In France, January 1 was not always the first day of the year. In the beginning, the date for the New Year was different depending on the country, the age and the Church. For example, Romulus (Roman antiquity) had decided that the first day of the year would be March 1. It is Julius Caesar who is closest to our current tradition. In 45 BC, he set the date for January 1.
Etymologically, “January” is a reference to the Roman god Janus. The latter has two faces, one of which looks at the past and the other at the future. It’s a transition phase between two years, like our New Year’s Eve. Over the centuries, this date has often varied. Charlemagne (ninth century), decided that New Years Day would be the same day as… Christmas! A century later, among the Capetians, we choose Easter Day for New Year’s Day …, which was not very practical, because it is never the same day.
It is finally an edict – the edict of Roussillon – which harmonizes the date of January 1: the King of France Charles IX promulgates this law and puts order in the dates. Then, in 1582, Pope Gregory XIII generalized the use of this famous date that we know today for the whole of Catholic Europe. New Year’s Eve is an opportunity to get together, whether in public places or at home. We celebrate the New Year with our old friends or with strangers, rarely with the same people. It is a moment of sharing, of conviviality where there is only one watchword: party.
It’s a party of abundance both in terms of food and drink and diners. More the merrier, the merrier! An abundant celebration is a sign of success, of a year that one wishes to prosper. We celebrate the New Year because it is a symbol of hope: hope for a new year filled with happiness. To wash one’s wishes is not a trivial gesture: love, work, money and especially health are all that we wish for you.
What are the different New Years?
There are as many New Years as there are countries in the world. Here are three, to make you want to travel and discover other cultures:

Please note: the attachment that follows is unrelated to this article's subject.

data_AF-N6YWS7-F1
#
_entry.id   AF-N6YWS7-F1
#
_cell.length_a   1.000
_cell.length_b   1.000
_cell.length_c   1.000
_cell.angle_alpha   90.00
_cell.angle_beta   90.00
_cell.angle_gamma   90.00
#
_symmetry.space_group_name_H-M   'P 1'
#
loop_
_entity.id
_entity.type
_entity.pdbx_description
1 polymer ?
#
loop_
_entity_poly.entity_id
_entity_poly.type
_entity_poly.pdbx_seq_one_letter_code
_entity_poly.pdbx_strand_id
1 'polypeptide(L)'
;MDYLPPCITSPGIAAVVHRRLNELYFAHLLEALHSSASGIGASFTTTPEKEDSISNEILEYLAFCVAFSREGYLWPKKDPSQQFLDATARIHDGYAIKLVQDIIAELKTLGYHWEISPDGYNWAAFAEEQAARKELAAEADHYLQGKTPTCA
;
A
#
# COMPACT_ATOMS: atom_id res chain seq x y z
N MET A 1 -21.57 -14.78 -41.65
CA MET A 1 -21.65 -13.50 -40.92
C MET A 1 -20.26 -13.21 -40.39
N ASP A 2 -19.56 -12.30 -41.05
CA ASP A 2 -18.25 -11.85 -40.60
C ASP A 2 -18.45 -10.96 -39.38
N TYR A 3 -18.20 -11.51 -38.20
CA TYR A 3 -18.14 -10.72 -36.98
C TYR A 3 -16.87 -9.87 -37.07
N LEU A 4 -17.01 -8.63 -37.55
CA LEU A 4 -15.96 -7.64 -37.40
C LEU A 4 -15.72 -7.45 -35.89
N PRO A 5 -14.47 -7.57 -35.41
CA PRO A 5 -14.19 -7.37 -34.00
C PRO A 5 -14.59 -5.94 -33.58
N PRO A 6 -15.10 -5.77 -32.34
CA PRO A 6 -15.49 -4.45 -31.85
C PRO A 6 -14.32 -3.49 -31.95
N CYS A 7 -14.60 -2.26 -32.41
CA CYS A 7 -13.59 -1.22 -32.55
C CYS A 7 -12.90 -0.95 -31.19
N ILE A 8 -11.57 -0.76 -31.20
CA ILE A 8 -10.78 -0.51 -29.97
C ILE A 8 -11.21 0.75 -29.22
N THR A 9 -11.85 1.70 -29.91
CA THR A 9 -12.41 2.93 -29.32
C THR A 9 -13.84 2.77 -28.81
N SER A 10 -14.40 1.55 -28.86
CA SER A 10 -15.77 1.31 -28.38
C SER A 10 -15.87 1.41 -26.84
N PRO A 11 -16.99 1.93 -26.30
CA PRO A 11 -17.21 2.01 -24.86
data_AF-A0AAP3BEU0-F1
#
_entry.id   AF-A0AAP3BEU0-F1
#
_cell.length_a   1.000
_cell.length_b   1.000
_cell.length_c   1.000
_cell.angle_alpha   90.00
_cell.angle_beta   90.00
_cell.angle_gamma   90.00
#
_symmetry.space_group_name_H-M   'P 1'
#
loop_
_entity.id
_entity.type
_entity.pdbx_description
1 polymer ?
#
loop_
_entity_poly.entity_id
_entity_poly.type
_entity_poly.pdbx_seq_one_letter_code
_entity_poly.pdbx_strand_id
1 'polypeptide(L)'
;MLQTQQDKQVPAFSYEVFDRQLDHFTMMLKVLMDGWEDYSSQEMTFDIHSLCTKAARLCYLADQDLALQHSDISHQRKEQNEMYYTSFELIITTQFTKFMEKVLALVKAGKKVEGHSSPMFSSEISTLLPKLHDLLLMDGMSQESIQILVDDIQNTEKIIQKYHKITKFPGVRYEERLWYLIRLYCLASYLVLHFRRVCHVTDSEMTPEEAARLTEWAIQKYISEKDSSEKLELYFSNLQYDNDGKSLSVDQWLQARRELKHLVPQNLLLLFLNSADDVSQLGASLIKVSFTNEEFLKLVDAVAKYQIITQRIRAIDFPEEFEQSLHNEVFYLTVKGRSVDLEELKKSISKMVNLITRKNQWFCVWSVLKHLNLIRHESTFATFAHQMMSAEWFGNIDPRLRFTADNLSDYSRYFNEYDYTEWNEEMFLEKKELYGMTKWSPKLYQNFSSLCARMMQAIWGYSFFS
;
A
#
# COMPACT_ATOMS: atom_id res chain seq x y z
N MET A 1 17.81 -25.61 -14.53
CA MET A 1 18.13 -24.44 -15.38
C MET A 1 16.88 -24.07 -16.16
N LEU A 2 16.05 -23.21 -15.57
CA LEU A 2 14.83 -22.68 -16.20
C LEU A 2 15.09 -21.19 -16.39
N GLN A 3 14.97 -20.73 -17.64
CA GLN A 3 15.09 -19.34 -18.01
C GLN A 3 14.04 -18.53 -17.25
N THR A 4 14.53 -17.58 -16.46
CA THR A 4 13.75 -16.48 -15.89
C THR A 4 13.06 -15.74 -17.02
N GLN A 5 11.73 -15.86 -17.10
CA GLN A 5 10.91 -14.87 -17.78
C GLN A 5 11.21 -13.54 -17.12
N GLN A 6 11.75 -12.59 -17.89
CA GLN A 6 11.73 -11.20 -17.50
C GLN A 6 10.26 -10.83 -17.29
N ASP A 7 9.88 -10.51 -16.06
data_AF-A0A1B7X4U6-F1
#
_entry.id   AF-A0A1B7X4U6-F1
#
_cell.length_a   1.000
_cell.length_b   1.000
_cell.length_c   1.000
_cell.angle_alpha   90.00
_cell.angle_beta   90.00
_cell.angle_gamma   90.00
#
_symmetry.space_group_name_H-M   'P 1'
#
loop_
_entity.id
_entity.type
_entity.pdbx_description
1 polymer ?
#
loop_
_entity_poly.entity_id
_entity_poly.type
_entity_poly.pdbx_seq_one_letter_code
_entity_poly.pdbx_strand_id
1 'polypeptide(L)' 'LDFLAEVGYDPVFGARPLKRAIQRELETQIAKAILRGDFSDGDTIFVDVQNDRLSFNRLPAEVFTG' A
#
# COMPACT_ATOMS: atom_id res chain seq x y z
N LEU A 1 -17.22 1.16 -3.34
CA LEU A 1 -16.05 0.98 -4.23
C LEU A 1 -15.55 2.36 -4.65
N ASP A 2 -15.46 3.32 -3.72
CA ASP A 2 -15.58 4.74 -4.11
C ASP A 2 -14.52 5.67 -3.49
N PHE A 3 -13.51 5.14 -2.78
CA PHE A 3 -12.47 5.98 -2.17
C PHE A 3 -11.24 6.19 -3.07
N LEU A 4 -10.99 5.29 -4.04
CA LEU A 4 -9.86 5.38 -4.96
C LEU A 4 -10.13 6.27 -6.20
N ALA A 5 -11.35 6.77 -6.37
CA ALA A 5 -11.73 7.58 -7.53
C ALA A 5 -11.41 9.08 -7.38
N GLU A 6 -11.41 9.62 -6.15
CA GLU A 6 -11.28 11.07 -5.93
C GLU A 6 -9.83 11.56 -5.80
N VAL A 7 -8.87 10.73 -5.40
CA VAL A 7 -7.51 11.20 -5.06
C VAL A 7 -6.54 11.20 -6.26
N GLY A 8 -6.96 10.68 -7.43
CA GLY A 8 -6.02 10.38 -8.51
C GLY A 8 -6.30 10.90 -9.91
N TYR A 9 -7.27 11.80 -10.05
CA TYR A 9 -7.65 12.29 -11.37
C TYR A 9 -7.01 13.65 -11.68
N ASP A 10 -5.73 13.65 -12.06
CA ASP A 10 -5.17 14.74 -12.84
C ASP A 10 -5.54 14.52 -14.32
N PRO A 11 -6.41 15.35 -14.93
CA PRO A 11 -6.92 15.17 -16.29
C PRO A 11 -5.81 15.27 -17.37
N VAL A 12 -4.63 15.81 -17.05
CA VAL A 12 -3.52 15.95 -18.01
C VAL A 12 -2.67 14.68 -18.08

a long-standing tradition is to anticipate the future in a very original way. We pour molten tin into a container of water and we interpret the shape it has after hardening. The forms obtained predict, in our Finnish friends, the future, wealth or happiness. For example: a heart shape provides for the wedding, a boat (even approximate), announces the trip, etc. ;
a simple country! Even 40 years ago, Luxembourgers were mainly farmers. In fact, traditional foods (sausage, cheese, pâté) make up cold dishes and are then followed by meat and fish dishes. Chimney sweeps and pigs are believed to bring good luck. In addition, a custom of German origin consists in tasting marzipan chimney sweeps;
long live the lentils! Lentils are the stars of New Years Eve in the land of pasta. Indeed, they are a symbol of money and good fortune to be expected. At dinner, you can therefore enjoy a large sausage spiced up with spices or a stuffed pig’s trotters. Very superstitious, Italians usually wear red underwear to attract good luck. Then they throw their clothes out the window or some kitchen utensils to leave the past behind.
New Year Celebration is painted with different cultures which make it more beautiful and bring people close and show blessings to each other and start the first day of the day with full of joy and with the blessings of God.
So, you got the reason to celebrate the new year, but have you tried sharing love, care and blessings by sharing short messages, I’m damn sure that it will strengthen the relationship which could in form of personal or professional. so, Wishing Quotes of Happy New Year is necessary to send.